While Colombians Are Skeptical Of FARC Peace Deal, The Rebels Are Tired Of Fighting

The FARC peace deal initially began with the signing of Cessation of Hostilities between the Colombian government and Las Fuerzas Armadas Revolucionarias de Colombia (FARC) rebels on June 24 of this year.

As referred to in the report by TeleSur, the FARC peace deal has been improved to be legally binding so that a right-wing administration could not dismantle it in the future.

The current liberal administration under President Juan Manuel Santos — from the Partido Social de Unidad Nacional or the Social Party of National Unity — has offered the FARC leadership a seat in the government to help implement policies rather than fighting it out in the forests.

In August 2012, Al Jazeera was one of the first to report on the president’s approach to the rebels to initiate peace talks.

“Exploratory conversations have been held with the FARC to find an end to the conflict. I want to make very clear to Colombians that the approaches that have been carried out and the ones that will happen in the future will be carried out within the framework based on these principles: We are going to learn from the mistakes made in the past so that they are not repeated. Second, any process must lead to the end of the conflict, not making it longer. Third, operations and military presence will be maintained across the entire national territory.”

A similar deal in comparison is currently being sought to end the five-year Syrian civil war from outside influences, but the FARC peace deal is different as it puts an end to a war that’s been ongoing for 52 years.

FARC cuts deal with Colombian president in Havana, Cuba
Colombian president Juan Manuel Santos shakes hands with the Commander of FARC Timoleon Jimenez, in Havana, Cuba with Cuban president Raul Castro in the middle. [Image by Ramon Espinosa/AP Photo]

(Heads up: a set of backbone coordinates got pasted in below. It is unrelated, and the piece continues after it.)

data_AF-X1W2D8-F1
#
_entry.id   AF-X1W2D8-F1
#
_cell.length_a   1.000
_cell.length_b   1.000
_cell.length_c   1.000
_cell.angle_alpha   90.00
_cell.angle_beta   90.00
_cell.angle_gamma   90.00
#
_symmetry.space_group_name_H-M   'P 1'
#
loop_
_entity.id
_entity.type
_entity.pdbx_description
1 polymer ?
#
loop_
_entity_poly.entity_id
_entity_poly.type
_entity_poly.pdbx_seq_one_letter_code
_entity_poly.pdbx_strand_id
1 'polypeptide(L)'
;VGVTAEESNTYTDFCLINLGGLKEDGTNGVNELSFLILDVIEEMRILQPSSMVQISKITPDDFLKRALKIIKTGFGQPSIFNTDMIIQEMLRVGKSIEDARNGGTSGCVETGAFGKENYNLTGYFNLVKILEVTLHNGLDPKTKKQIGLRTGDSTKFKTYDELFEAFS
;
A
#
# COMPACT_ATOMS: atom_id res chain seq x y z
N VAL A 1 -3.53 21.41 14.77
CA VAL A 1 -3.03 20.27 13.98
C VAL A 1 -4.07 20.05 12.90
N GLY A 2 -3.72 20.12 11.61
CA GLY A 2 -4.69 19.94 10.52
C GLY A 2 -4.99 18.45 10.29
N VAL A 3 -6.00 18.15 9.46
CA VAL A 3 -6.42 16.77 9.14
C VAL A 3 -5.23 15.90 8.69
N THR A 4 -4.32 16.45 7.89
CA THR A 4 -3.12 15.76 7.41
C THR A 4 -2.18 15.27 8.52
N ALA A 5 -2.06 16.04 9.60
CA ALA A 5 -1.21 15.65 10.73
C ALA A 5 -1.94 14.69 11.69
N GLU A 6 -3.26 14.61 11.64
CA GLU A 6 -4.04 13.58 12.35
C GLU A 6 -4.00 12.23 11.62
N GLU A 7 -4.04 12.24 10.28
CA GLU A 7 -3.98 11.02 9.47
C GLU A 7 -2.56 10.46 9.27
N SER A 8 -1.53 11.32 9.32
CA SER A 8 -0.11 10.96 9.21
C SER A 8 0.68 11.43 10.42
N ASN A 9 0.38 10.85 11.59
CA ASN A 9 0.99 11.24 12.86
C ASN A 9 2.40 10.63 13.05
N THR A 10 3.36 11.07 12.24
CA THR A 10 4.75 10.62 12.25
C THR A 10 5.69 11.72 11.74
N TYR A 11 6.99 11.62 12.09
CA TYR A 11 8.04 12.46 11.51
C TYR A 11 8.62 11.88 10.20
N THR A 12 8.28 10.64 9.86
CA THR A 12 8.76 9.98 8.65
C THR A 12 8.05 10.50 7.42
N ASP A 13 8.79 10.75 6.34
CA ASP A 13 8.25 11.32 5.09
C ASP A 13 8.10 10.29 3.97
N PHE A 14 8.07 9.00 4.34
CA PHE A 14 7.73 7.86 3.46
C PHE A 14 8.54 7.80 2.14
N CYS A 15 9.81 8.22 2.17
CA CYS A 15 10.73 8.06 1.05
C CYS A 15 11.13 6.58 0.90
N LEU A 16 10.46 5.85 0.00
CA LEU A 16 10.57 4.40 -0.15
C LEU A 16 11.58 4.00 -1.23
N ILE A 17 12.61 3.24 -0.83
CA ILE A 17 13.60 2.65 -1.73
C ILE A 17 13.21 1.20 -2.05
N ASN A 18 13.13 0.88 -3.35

CNN writes about the peace deal of which many Colombians are skeptical.

“I do not think it will become true, however. I don’t think the agreement will become a reality because (they are) dealing with people who have killed so many children, that have maimed people and suddenly they are in government… how will this country end up with such people?”

Guests on The Diane Rehm show included journalist Peter Bergen, who said that there were uncomfortable compromises in the FARC peace deal, which is similar to what happened with the Irish Republican Army (IRA), but agreed at the same time that people of Colombia would not agree to give them a seat in the government — along with immunity — especially after they killed so many people for so long.

One person named Juan called into the show, claiming they were from Colombia and believed that the FARC peace deal was just an act, for the simple reason that the rebels were fighting over territory to manufacture cocaine to bring to the United States.

FARC rebels learn about the ceasefire from their commanders.
Two female FARC rebels listen to commander talk about the new peace deal with the Colombian government. It's been said that younger fighters have been forced to join the rebels, and might not have the will to fight. [Image by Rodrigo Abd/AP Photo]

There have been reports over the years as the FARC peace deal was in the works that the rebels were helping the government crack down on drug traffickers, something they were already doing in areas where they had power of authority.

However, Nadia Bilbassy, who is with al-Arabiya, is suggesting that the FARC rebels are tired and so a peace deal is acceptable, considering that the Colombian government has already killed a lot of their leadership.

The report referred to above by Al Jazeera also says that the FARC peace deal was initiated months after the group’s Supreme Commander Alfonso Cano had been killed in a shootout with the military.

It’s been reported that since 2010, what might have led to the FARC peace deal was the fact that their influence had been significantly reduced where they did not get the support of local communities. In some areas where the government had no presence, the FARC had established a de facto government where they provided services.

Sometimes, the relationships with the communities had been established for decades, where in other places, they were seen as a part of the problem, which no doubt is the reason the peace deal irritates Colombians.

In any case, it has also been noted that most people alive do not remember a time when the rebels were not around, which is the main reason many are skeptical about the FARC peace deal.

[Photo by Scott Dalton/AP Images]